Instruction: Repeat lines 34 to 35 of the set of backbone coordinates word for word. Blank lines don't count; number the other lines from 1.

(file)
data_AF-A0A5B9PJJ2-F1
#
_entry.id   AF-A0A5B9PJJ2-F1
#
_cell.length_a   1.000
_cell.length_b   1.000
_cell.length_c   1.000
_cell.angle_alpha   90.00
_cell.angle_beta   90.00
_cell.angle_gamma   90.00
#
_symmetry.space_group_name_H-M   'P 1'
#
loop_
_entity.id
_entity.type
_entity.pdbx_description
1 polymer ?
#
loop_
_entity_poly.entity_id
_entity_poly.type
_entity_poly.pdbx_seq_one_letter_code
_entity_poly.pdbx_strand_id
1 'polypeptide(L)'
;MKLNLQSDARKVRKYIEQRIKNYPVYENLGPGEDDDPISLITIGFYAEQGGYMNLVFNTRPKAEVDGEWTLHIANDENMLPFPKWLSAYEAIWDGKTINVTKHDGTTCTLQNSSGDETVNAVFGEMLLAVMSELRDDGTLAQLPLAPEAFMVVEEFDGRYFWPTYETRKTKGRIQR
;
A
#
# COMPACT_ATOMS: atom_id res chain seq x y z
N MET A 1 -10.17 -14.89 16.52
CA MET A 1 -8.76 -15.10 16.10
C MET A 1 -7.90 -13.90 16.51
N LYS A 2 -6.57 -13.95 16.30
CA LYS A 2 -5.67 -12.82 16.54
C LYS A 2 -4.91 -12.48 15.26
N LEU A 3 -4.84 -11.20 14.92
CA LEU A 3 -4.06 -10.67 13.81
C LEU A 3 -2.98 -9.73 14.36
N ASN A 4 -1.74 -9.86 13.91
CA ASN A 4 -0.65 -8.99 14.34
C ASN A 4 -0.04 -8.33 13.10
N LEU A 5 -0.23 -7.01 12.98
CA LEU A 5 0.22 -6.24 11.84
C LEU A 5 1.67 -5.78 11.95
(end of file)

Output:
N LYS A 2 -6.57 -13.95 16.30
CA LYS A 2 -5.67 -12.82 16.54